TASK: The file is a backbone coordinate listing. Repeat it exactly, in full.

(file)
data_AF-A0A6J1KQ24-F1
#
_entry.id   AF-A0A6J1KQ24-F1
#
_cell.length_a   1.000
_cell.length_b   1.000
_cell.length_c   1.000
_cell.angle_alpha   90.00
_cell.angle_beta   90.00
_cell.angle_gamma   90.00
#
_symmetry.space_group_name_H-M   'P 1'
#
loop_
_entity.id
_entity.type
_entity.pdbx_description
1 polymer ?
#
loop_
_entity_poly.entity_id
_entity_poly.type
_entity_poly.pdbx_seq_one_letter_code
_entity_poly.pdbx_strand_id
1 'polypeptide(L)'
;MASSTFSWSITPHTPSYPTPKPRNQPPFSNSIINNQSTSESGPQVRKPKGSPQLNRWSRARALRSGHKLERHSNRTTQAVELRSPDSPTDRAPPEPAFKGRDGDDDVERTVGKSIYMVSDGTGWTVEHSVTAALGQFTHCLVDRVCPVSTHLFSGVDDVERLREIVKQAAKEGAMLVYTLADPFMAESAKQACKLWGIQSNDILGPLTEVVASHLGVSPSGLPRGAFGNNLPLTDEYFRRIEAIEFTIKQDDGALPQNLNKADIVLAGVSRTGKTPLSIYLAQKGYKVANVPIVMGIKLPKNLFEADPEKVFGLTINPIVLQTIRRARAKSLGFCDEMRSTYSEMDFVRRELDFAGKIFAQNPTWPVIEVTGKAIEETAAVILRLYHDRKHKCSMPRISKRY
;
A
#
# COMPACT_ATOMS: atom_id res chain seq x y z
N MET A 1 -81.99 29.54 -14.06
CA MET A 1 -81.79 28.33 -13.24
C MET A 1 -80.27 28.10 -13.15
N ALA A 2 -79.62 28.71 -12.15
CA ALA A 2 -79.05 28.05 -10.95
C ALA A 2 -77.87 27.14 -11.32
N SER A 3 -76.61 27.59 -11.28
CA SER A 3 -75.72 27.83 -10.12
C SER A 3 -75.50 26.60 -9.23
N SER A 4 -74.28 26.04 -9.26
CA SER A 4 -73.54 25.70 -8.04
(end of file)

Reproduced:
data_AF-A0A6J1KQ24-F1
#
_entry.id   AF-A0A6J1KQ24-F1
#
_cell.length_a   1.000
_cell.length_b   1.000
_cell.length_c   1.000
_cell.angle_alpha   90.00
_cell.angle_beta   90.00
_cell.angle_gamma   90.00
#
_symmetry.space_group_name_H-M   'P 1'
#
loop_
_entity.id
_entity.type
_entity.pdbx_description
1 polymer ?
#
loop_
_entity_poly.entity_id
_entity_poly.type
_entity_poly.pdbx_seq_one_letter_code
_entity_poly.pdbx_strand_id
1 'polypeptide(L)'
;MASSTFSWSITPHTPSYPTPKPRNQPPFSNSIINNQSTSESGPQVRKPKGSPQLNRWSRARALRSGHKLERHSNRTTQAVELRSPDSPTDRAPPEPAFKGRDGDDDVERTVGKSIYMVSDGTGWTVEHSVTAALGQFTHCLVDRVCPVSTHLFSGVDDVERLREIVKQAAKEGAMLVYTLADPFMAESAKQACKLWGIQSNDILGPLTEVVASHLGVSPSGLPRGAFGNNLPLTDEYFRRIEAIEFTIKQDDGALPQNLNKADIVLAGVSRTGKTPLSIYLAQKGYKVANVPIVMGIKLPKNLFEADPEKVFGLTINPIVLQTIRRARAKSLGFCDEMRSTYSEMDFVRRELDFAGKIFAQNPTWPVIEVTGKAIEETAAVILRLYHDRKHKCSMPRISKRY
;
A
#
# COMPACT_ATOMS: atom_id res chain seq x y z
N MET A 1 -81.99 29.54 -14.06
CA MET A 1 -81.79 28.33 -13.24
C MET A 1 -80.27 28.10 -13.15
N ALA A 2 -79.62 28.71 -12.15
CA ALA A 2 -79.05 28.05 -10.95
C ALA A 2 -77.87 27.14 -11.32
N SER A 3 -76.61 27.59 -11.28
CA SER A 3 -75.72 27.83 -10.12
C SER A 3 -75.50 26.60 -9.23
N SER A 4 -74.28 26.04 -9.26
CA SER A 4 -73.54 25.70 -8.04